one concludes that $A_\rho\in \calB_1(\calH)$, $\rho\in (0,1)$, and
\begin{equation}
\nlim_{\rho\uparrow 1} \|A_\rho-A\|=0. \lb{5.81}
\end{equation}
Given $\lambda\in \Lambda$, there exists a $\rho_0\in (0,1)$, such that
for all $\rho\in (\rho_0, 1)$ the point
$\lambda\in\Lambda_\rho$, $\Lambda_\rho=\bbR\backslash\{\spec
(S+A_\rho)\cup \{-1,1\}\}$, and therefore, by \eqref{5.74} (for
$A\in\calB_1(\calH)$), for such $\rho$ we have the representation
\begin{equation}
\xi (\lambda, S+A_\rho,S)
=\ind(E_{S+A_\rho}((-\infty,\lambda )), E_{S}((-\infty, \lambda)) ),
\quad \rho\in (\rho_0,1). \lb{5.82}
\end{equation}
Here $\xi (\lambda, S+A_\rho,S)$ denotes the continuous representative
of (the piecewise constant) Krein's spectral shift function on
$\Lambda_\rho$.
Applying Theorem~\ref{ttr.7} once again,
one can pass to the limit $\rho \uparrow 1$ to obtain
\begin{equation}
\lim_{\rho\uparrow 1}\xi (\lambda, S+A_\rho,S)=
\ind(E_{S+A}((-\infty,\lambda )), E_{S}((-\infty, \lambda)) ,
\quad \lambda\in \Lambda. \lb{5.83}
\end{equation}
By \eqref{5.79} we also have
\begin{align}
&\xi(\lambda, S+A_\rho,S)
\no \\
&=\ind(E_{\sgn (-A_\rho)+|A_\rho|^{1/2}(S+A_\rho-
\lambda)^{-1}|A_\rho|^{1/2}}((-\infty, 0)),
E_{\sgn(-A_\rho)}((-\infty, 0)) )\lb{5.84}.
\end{align}
Taking into account that
$ \sgn(-A_\rho)=\sgn(-A)$, $\rho\in (0, 1)$ \eqref{5.84}
implies
\begin{align}
&
\lim_{\rho\uparrow 1} \xi(\lambda, S+A_\rho,S)
\no \\
&=
\ind(E_{\sgn (-A)+|A|^{1/2}(S+A-
\lambda)^{-1}|A|^{1/2}}((-\infty, 0)),
E_{\sgn(-A)}((-\infty, 0)) ),\quad \lambda\in \Lambda \lb{5.85}
\end{align}
by Theorem~\ref{ttr.7}. The right-hand side of \eqref{5.85}
coincides with the continuous representative of the generalized spectral
shift function $\what\xi(\lambda, S+A,S)$, $\lambda\in\Lambda$, which
together with \eqref{5.83} proves \eqref{5.74}. Finally, \eqref{5.75}
is a consequence of \eqref{5.74} and the left continuity of
$\ind(E_{S+A}((-\infty,\lambda )), E_{S}((-\infty, \lambda)) )$ on
$\bbR\setminus \{-1,1\}$.
\end{proof}
%%%%%%%%%%%%%%%%%%%%%%%%%%%%%%%%%%%%%%%%%%%%%%%%%%%%%%%%%%%%%%%%%%%%%%%%
Combining Theorem~\ref{main} and Lemma~\ref{l5.10}, one can
finally reformulate Theorem~\ref{main} as follows
using the concept of the generalized spectral shift function.
%%%%%%%%%%%%%%%%%%%%%%%%%%%%%%%%%%%%%%%%%%%%%%%%%%%%%%%%%%%%%%%%%%%%%%%%
\begin{theorem}\lb{BSCHW}
Under the assumptions of Theorem~\ref{main},
the spectral shift function $\what\xi(\lambda, H_0,H)$ associated
with the pair $(H_0,H)$ admits the representation
\begin{equation}\lb{bsc}
\what\xi(\lambda, H_0,H)= \frac{1}{\pi}\int_\bbR dt\,
\frac{\what\xi(0_-,J+A(\lambda)+tB(\lambda),J)}{1+t^2}, \text{ for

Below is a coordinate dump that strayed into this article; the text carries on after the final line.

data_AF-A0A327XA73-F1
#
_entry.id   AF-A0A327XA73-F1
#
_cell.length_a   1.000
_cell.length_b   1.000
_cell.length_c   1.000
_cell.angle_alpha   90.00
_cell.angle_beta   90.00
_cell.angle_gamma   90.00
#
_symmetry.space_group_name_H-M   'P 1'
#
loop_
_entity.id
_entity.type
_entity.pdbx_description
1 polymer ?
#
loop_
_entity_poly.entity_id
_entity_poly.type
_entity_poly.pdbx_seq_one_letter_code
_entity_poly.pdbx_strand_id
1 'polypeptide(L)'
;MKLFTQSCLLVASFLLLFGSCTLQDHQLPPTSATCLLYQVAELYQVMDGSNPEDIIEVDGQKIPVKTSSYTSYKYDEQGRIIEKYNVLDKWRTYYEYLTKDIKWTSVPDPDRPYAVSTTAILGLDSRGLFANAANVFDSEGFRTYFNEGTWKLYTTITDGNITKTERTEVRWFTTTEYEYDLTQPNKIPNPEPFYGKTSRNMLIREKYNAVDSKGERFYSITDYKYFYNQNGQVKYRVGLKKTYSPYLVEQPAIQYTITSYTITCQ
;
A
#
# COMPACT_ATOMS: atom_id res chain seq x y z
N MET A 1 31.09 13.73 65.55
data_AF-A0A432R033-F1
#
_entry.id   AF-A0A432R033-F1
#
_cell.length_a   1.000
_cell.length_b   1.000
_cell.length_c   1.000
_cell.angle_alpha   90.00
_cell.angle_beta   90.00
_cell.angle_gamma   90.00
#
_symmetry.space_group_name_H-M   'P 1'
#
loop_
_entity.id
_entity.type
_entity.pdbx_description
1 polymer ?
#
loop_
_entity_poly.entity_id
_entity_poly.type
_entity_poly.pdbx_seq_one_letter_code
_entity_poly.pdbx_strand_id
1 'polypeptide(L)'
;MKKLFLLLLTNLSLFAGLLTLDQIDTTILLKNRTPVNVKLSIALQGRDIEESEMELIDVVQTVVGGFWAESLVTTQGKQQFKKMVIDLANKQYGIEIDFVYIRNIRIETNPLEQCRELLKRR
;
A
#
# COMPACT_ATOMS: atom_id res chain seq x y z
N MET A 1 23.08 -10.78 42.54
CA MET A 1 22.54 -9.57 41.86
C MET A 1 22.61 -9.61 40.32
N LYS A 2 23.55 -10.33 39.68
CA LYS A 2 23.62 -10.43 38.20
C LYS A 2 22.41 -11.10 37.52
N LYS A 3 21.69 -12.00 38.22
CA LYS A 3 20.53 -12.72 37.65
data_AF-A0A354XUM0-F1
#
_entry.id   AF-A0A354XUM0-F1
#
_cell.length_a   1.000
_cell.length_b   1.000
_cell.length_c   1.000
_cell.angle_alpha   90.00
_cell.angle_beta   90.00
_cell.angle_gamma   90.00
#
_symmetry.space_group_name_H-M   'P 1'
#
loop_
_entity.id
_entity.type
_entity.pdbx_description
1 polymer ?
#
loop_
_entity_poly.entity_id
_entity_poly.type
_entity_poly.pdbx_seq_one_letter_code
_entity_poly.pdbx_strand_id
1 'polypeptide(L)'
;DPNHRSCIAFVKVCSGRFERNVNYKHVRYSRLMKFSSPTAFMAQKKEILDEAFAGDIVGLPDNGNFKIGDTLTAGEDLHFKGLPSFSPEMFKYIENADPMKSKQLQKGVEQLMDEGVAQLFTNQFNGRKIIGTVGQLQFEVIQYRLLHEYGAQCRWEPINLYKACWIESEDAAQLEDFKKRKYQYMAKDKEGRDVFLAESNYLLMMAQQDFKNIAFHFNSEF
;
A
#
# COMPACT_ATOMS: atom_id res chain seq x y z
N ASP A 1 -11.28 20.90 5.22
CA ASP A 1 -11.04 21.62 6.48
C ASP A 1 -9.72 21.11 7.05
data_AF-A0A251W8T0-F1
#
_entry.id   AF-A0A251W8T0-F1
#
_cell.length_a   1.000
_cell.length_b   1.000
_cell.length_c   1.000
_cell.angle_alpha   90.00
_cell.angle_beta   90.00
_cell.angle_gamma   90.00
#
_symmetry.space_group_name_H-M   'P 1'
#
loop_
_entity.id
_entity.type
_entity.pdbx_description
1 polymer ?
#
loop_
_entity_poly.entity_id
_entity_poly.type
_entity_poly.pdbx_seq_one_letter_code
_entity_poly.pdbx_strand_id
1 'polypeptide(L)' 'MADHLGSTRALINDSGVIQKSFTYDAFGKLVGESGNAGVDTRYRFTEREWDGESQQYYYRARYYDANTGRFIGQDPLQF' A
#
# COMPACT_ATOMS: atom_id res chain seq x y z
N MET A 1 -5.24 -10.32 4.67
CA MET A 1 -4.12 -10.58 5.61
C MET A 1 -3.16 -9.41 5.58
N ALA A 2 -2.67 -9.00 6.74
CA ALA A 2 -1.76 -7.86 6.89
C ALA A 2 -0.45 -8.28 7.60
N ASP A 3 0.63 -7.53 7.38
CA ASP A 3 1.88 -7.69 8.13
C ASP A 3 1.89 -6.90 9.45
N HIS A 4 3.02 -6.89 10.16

a.e. } \lambda \in \bbR,
\end{equation}
where $\what\xi(\cdot,J+A(\lambda)+tB(\lambda),J)$ is the continuous
representative of the generalized spectral shift function
associated with the pair
$ (J+A(\lambda)+tB(\lambda),J)$ for a.e. $\lambda\in\bbR$, $ t\in \bbR$.
\end{theorem}
%%%%%%%%%%%%%%%%%%%%%%%%%%%%%%%%%%%%%%%%%%%%%%%%%%%%%%%%%%%%%%%%%%%%%%%%
\begin{proof}
The assertion is a direct consequence of Theorem~\ref{main} and
Lemma~\ref{l5.10}.
\end{proof}
%%%%%%%%%%%%%%%%%%%%%%%%%%%%%%%%%%%%%%%%%%%%%%%%%%%%%%%%%%%%%%%%%%%%%%%%
%%%%%%%%%%%%%%%%%%%%%%%%%%%%%%%%%%%%%%%%%%%%%%%%%%%%%%%%%%%%%%%%%%%%%%%%
\begin{remark}\lb{principle}
Suppose $H, H_0, V$ are self-adjoint in $\calH$, with
$V\in\calB_1(\calH)$ and $H=H_0+V$. Suppose $H_0$ has a spectral
gap and $\lambda\in \Lambda$, with $\Lambda$ a joint spectral gap of
$H_0$ and $H$. Then
\eqref{bsc} turns into
\begin{equation}\lb{bsn}
\xi(\lambda, H_0,H)=
\xi(0,J+|V|^{1/2}(H_0-\lambda)^{-1}|V|^{1/2},J), \quad
\lambda\in\Lambda,
\end{equation}
where $\xi(\lambda,H_0,H)$
($\xi(0,J+|V|^{1/2}(H_0-\lambda)^{-1}|V|^{1/2},J)$) denotes the
continuous representative of Krein's spectral shift function associated
with the pair $(H_0,H)$ ($(J+|V|^{1/2}(H_0-\lambda)^{-1}|V|^{1/2},J)$)
on $\Lambda$. In particular, if $H_0$ is bounded from below and
$\lambda<\inf(H_0)$, and the perturbation $V$ is non-positive (i.e.,
$V\le0)$, the equality \eqref{bsn} has the following meaning: the number
of eigenvalues of the operator $H=H_0+V$, located to the left of the
point $\lambda $, $\lambda<\inf(H_0)$, coincides with the number
of eigenvalues of $|V|^{1/2}(H_0-\lambda)^{-1}|V|^{1/2}$ which are greater
than $1$. Therefore, in this special case where
$\lambda<\inf\spec(H_0)$, \eqref{bsn} represents the classical
{\it Birman--Schwinger principle} (a term coined by Simon, see, e.g.,
\cite{Si79}) as originally introduced by Birman
\cite{Bi66} (see also \cite[Ch.~7]{Sc61}). Thus, \eqref{bsn} should be
interpreted as the {\it Birman-Schwinger principle in a gap} and hence
\eqref{bsc} as the {\it generalized Birman-Schwinger principle.} We
emphasize that Theorem~\ref{BSCHW} introduces a new twist in connection
with the (generalized) Birman-Schwinger principle: the role of
eigenvalue counting
functions in the traditional formulation of the
Birman-Schwinger principle (see \cite{BS91}
for a modern formulation of the principle) is now replaced by the more
general concept of the (generalized) spectral shift function
$\what\xi(\lambda, H_0,H)$ and an appropriate
average over $\what\xi(0_-,J+A(\lambda)+tB(\lambda),J)$.
\end{remark}
%%%%%%%%%%%%%%%%%%%%%%%%%%%%%%%%%%%%%%%%%%%%%%%%%%%%%%%%%%%%%%%%%%%%%%%%
%%%%%%%%%%%%%%%%%%%%%%%%%%%%%%%%%%%%%%%%%%%%%%%%%%%%%%%
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\end{thebibliography}
\end{document}